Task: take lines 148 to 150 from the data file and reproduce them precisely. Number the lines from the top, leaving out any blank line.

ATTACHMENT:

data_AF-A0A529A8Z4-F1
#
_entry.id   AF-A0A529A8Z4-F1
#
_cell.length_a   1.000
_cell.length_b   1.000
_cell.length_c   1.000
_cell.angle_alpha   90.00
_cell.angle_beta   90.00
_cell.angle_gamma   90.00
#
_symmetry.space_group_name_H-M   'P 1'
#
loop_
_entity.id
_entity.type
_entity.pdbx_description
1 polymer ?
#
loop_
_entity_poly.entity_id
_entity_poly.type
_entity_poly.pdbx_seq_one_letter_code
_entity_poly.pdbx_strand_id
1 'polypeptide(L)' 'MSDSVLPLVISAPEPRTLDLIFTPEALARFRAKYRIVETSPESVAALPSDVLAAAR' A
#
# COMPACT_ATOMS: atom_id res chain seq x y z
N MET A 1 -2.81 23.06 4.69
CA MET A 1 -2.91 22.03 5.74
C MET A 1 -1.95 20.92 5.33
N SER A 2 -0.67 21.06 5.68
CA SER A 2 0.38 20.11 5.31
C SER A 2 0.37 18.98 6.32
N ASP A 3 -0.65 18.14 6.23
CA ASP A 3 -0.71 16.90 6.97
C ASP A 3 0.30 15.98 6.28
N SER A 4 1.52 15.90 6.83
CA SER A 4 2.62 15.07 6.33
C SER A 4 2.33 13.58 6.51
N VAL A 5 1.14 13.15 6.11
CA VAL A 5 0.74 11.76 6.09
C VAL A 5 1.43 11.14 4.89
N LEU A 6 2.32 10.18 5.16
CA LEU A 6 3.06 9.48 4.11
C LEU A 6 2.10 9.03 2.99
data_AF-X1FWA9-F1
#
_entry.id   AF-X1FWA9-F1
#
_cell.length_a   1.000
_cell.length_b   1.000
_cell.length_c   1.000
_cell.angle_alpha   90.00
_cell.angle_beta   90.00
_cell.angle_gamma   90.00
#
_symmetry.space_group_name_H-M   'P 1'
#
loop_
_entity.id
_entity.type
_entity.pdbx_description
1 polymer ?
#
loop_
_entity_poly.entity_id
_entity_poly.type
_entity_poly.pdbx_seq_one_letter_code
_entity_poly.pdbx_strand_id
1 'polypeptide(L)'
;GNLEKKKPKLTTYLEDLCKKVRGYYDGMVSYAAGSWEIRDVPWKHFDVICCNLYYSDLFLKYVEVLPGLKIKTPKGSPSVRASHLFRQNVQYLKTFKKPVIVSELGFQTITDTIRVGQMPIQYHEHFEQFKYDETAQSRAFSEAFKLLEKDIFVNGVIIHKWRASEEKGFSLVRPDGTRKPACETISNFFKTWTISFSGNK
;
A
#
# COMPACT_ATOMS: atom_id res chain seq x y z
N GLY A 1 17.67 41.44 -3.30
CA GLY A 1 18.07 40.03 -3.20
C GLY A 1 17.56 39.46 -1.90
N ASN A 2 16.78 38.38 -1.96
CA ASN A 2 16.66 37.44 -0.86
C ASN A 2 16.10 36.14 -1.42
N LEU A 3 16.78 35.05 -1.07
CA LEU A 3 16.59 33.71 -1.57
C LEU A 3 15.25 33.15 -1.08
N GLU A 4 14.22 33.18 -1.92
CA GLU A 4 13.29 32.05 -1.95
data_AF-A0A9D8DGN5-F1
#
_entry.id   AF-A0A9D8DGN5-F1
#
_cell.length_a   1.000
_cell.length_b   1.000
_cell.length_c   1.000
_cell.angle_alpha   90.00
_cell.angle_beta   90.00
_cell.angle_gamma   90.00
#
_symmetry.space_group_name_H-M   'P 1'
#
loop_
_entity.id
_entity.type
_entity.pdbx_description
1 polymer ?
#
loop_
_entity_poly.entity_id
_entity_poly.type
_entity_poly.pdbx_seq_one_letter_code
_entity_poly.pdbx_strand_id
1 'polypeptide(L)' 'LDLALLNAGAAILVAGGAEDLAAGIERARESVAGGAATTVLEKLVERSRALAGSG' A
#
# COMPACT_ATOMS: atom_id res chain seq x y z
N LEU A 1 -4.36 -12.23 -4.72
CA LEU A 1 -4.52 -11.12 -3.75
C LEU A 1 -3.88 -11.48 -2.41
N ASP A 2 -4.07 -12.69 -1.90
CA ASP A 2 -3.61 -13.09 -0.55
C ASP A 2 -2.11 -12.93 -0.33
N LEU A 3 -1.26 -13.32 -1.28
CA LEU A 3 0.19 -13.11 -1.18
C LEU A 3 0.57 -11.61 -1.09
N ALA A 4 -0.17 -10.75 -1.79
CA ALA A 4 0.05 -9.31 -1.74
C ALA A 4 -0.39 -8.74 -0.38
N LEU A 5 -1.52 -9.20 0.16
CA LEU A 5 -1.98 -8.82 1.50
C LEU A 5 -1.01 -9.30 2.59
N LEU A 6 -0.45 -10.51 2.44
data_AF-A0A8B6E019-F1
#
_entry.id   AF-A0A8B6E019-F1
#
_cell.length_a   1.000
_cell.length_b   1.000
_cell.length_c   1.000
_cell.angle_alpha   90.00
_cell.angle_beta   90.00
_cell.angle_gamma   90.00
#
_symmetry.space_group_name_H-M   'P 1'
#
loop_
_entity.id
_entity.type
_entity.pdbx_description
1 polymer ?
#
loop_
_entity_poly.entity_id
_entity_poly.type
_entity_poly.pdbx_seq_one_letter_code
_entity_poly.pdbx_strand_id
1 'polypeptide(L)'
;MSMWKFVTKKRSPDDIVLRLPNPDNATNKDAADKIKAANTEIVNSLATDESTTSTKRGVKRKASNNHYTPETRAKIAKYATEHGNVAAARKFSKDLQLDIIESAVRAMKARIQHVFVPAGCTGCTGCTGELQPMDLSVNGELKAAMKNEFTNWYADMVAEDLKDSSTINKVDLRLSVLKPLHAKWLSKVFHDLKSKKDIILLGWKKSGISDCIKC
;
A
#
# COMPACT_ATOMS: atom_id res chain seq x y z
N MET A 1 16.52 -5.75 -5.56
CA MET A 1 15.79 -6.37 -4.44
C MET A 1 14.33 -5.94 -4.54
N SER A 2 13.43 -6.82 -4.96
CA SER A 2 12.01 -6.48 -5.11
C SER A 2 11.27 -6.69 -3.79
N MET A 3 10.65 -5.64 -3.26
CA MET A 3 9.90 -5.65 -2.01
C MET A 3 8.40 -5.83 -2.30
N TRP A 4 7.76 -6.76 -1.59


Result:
#
loop_
_entity_poly.entity_id